The pace of construction has grown steadily in the past year, and analysts expect it to keep rising. The increase has been fueled by record-low mortgage rates, more stable home prices and a shortage of previously occupied homes for sale.

More new homes could accelerate growth and help boost hiring, especially in areas like construction, home improvement and retailing. More homeowners lead to more people buying home furnishings.

"I don't have that crystal ball, but I will say we're seeing the best sales we've seen in five years, and it sure feels good," Douglas Yearley, CEO of Toll Brothers Inc., said in an interview with The Associated Press. Toll builds luxury homes in 20 states.

The government's report Wednesday on home construction in September was filled with encouraging details.

Overall, the number of homes that were started increased 15 percent from August to a seasonally adjusted annual rate of 872,000. That's the fastest rate since July 2008.

Single-family homes, which made up more than two-thirds of the new construction, rose 11 percent to 603,000. That was also the quickest rate in four years. Apartment construction, which can be more volatile from month to month, rose 25.1 percent.

And applications for building permits, a sign of future construction, jumped nearly 12 percent to an annual rate of 894,000, another high point since July 2008.

The rate of new construction has surged more than 38 percent in the past 12 months.

Housing starts are now 82.5 percent above the annual rate of 478,000 in April 2009, the recession low. It's still well short of the 1.5 million annual rate that economists consider healthy. And it's far below the more than 2 million homes started in 2007 — the peak of the boom. But the steady upward trend appears likely to endure, analysts say.

"The housing market is improving, and there is no reason to think that this will not continue going forward," said Patrick Newport, U.S. economist at IHS Global Insight.

The surprisingly robust construction data helped push stocks modestly higher. And the prices of homebuilder stocks rose sharply.

The report came a day after the National Association of Home Builders said confidence among builders had reached a six-year high. The group's index has been rising over the past year.

Home buying is likely to expand now that the Federal Reserve is buying mortgage bonds to try to push record-low long-term mortgage rates even lower.

Newport said housing starts should climb to 950,000 next year and to 1.27 million in 2014. By 2015, he said construction should exceed 1.5 million.

Newport also predicts that housing will add about 0.25 percentage point to overall economic growth this year. If that forecast proves accurate, it would be the first year that housing has been a positive factor for economic growth in five years.

"The rest of the economy is still struggling, but housing is doing better because as the population grows, we need new houses to meet that demand," Newport said.

The seasonally adjusted annual rate of new-home sales was nearly 28 percent higher in August than in the same month last year. Even with those gains, sales remain far below historically normal levels. Economists say more jobs and higher pay are needed to help accelerate sales.

Though new homes represent less than 20 percent of housing sales, they exert an outsize impact on the economy. Each home built creates an average of three jobs for a year and generates about $90,000 in tax revenue, according to data from the home builders group.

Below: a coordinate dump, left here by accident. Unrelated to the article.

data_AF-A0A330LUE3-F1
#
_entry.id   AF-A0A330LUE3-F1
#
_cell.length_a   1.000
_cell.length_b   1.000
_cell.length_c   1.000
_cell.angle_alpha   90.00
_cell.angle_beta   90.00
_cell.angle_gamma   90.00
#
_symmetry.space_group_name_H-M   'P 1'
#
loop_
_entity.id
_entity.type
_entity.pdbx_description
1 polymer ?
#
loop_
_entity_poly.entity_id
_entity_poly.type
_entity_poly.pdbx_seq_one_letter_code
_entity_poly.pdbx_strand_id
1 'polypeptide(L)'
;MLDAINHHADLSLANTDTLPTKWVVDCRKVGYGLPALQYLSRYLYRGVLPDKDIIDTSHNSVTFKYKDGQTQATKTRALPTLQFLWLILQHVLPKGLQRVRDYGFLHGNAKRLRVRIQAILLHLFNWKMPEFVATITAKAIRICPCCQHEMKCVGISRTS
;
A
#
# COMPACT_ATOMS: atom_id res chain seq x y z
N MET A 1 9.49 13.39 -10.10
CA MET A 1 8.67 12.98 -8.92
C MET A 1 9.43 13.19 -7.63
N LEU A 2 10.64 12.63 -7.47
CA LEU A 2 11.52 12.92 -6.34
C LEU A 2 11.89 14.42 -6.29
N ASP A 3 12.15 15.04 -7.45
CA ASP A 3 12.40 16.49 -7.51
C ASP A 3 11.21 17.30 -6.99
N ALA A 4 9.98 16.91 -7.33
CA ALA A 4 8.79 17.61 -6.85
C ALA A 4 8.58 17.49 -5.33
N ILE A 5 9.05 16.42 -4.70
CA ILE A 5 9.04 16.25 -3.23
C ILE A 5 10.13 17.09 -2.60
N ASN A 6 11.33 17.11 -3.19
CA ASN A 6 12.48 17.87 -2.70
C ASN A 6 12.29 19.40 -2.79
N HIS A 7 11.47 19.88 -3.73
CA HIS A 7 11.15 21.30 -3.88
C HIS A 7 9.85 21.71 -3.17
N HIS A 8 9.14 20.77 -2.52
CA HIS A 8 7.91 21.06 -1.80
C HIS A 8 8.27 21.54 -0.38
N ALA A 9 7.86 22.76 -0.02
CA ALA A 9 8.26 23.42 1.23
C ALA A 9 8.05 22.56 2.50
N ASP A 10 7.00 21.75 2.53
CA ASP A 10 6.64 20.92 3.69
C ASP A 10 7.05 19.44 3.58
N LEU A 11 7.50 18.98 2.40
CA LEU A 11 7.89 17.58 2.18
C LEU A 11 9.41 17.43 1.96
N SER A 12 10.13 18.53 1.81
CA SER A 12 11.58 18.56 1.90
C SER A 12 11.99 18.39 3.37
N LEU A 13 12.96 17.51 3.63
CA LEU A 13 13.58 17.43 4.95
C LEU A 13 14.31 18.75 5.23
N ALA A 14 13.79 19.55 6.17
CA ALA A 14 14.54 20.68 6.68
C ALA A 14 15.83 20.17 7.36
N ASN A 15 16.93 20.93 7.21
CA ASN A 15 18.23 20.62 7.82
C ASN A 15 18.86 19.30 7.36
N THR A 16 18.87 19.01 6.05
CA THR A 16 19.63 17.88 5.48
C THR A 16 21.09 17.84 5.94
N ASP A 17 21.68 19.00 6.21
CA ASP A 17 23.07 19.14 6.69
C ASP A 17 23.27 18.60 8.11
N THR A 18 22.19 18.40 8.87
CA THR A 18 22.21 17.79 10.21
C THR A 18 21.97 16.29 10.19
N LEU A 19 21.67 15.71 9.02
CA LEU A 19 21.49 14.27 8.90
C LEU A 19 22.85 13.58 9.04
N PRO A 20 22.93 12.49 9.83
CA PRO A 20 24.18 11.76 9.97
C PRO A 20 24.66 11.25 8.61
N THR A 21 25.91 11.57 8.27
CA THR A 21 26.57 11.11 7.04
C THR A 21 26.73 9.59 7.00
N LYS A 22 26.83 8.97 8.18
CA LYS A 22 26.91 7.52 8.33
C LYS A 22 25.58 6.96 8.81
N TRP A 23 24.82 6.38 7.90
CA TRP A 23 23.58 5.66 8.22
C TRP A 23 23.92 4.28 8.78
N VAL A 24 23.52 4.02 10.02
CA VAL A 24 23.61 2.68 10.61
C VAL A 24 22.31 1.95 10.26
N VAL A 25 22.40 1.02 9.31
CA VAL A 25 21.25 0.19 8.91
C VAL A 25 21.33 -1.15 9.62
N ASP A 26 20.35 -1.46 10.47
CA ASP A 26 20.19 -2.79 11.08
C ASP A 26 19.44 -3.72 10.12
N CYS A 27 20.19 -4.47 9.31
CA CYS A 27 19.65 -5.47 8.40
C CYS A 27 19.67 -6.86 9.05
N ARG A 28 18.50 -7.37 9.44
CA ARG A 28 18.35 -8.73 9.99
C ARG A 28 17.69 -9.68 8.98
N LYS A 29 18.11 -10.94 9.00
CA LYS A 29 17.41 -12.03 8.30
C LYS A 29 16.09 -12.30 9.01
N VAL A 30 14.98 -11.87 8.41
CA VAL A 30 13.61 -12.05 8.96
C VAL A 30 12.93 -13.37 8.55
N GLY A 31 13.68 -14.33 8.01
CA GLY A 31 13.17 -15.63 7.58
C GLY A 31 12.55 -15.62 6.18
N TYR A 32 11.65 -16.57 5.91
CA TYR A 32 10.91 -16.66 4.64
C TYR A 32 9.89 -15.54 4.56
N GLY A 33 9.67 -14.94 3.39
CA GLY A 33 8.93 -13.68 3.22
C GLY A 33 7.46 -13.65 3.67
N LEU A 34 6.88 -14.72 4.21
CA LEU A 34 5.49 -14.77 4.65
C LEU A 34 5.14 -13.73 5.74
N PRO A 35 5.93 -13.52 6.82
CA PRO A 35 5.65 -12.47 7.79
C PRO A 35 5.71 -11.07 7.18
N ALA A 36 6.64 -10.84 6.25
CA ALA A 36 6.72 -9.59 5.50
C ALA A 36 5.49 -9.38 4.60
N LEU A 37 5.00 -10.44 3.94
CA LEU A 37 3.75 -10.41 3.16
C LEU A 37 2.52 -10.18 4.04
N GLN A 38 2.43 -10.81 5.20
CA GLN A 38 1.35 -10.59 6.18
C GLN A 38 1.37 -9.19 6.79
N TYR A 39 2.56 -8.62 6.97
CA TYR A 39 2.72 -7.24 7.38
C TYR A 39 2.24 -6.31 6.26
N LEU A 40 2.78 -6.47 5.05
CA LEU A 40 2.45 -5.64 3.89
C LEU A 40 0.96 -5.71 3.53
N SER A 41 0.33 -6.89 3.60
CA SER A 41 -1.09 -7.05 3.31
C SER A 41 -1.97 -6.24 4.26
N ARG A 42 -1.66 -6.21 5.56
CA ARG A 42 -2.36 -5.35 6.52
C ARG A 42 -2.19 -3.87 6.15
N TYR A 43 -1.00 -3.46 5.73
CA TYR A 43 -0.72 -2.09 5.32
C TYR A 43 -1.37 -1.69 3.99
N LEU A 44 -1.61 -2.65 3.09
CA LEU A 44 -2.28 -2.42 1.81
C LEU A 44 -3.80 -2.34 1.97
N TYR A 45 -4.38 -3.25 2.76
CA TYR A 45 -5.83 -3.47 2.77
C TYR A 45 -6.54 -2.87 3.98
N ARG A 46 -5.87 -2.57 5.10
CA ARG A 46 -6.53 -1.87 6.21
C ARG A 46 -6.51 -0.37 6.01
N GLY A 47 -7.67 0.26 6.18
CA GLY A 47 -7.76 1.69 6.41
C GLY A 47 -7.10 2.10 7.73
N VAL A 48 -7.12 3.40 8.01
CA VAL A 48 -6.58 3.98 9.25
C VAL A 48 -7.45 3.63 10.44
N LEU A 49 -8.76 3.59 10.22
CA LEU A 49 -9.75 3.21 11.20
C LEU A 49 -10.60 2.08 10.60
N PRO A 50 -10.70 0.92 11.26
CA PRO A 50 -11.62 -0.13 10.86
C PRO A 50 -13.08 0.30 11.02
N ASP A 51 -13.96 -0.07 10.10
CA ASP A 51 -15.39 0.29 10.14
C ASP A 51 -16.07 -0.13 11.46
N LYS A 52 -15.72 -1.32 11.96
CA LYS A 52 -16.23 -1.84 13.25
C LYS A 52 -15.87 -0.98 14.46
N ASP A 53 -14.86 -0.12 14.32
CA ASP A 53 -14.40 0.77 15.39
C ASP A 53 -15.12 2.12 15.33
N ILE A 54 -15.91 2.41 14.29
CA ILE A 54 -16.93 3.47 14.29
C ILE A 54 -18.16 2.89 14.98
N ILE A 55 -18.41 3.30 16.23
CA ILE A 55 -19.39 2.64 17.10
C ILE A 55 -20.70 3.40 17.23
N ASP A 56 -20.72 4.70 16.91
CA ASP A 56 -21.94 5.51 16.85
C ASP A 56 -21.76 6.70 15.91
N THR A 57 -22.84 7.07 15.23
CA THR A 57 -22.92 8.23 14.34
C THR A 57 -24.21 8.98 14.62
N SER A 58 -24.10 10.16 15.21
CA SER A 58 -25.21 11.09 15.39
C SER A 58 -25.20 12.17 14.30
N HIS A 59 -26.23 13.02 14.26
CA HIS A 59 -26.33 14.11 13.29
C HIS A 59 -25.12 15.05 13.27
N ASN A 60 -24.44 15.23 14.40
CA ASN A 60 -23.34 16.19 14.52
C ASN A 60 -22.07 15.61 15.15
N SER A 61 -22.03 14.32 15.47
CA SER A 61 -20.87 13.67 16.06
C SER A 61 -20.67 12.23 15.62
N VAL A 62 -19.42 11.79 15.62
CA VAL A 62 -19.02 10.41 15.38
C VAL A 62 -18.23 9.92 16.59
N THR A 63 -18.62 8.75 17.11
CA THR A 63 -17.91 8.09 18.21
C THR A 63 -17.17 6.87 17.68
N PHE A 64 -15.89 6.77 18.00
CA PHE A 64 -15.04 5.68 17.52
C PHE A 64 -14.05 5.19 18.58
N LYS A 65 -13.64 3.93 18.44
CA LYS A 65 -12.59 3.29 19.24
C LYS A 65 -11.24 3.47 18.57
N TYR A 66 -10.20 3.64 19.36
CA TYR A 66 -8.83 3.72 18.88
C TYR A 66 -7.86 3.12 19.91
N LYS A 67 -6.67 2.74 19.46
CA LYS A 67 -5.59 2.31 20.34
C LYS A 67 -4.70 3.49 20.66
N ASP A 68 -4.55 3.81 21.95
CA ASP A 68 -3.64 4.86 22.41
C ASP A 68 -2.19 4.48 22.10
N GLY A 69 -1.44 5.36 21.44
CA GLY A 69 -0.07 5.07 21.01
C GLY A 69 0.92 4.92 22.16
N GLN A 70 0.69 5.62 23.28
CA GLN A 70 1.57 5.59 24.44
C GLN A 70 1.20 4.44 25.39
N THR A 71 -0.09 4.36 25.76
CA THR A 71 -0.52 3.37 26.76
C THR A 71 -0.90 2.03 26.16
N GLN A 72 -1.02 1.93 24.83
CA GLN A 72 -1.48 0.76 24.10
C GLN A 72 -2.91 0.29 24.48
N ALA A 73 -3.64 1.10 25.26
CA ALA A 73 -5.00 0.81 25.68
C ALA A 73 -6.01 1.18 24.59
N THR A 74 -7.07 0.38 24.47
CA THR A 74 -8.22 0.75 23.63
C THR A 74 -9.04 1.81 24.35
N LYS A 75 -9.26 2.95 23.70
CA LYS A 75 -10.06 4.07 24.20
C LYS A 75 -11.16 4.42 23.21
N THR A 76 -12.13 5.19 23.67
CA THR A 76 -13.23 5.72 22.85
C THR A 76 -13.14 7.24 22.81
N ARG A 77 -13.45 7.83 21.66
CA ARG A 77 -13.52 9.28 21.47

"We've had huge pent-up demand now for five years where people just weren't buying houses, and they're coming back out," Yearley said. "It's been very encouraging."

Yearley expects much of Toll Brothers' construction in coming months to occur in its hottest markets. Those are mainly in the coastal corridor from Boston to Washington, where land for development is limited and there are many higher-income homebuyers.

The New York City metro area has been the company's strongest market. Toll Brothers is building its 16th high-rise there. It expects to put up more homes in Dallas, Houston, California and Florida, among other markets.

Still, while Toll is building more, it has yet to increase hiring much. In 2005, when the housing bubble was expanding, the company's payroll peaked at 7,000. As with other builders, its payroll shrank during the housing downturn, bottoming at 2,200 in 2009.

The company has so far brought back more than 500 former employees.

"We're not overhiring," Yearley said. "We're still at a sort of as-needed basis, which I think is very smart, considering what we've been through."

The overall construction industry shed jobs well after the recession officially ended in June 2009, according to government data. Employment fell from more than 6 million in June 2009 to 5.46 million in January 2011.

The industry has added few jobs since. Construction employment numbered just 5.52 million in September.

Paul Ashworth, an economist at Capital Economics, thinks housing will slowly recover over the next several years. Along with higher consumer spending, housing is modestly boosting economic growth. But it's also being offset by lower business investment in machinery and computers and declining exports.

If, as Ashworth expects, housing starts reach about 1.5 million by mid-2015, the industry would add about 1 million jobs by then, or about 30,000 a month.

Housing is "the one sector of the economy that's seeing any improvement," Ashworth said.


Veiga contributed from Los Angeles. Crutsinger and AP Economics Writer Christopher S. Rugaber contributed from Washington.

“When Can I Purchase Again After a Foreclosure or Short Sale?”

“When Can I Purchase Again After a Foreclosure or Short Sale?” is a question we hear everyday from buyers! As the housing downturn started 5 years ago, you will start to find that buyers who suffered a financial hardship in the recent past may be in a position to buy again soon. For example, the FHA only requires 3 years after a Short Sale or Foreclosure, VA is only 2 years! As Fannie, FHA & VA fund 95% of buyers these days, here are their time lines when a buyer is allowed to re-purchase again.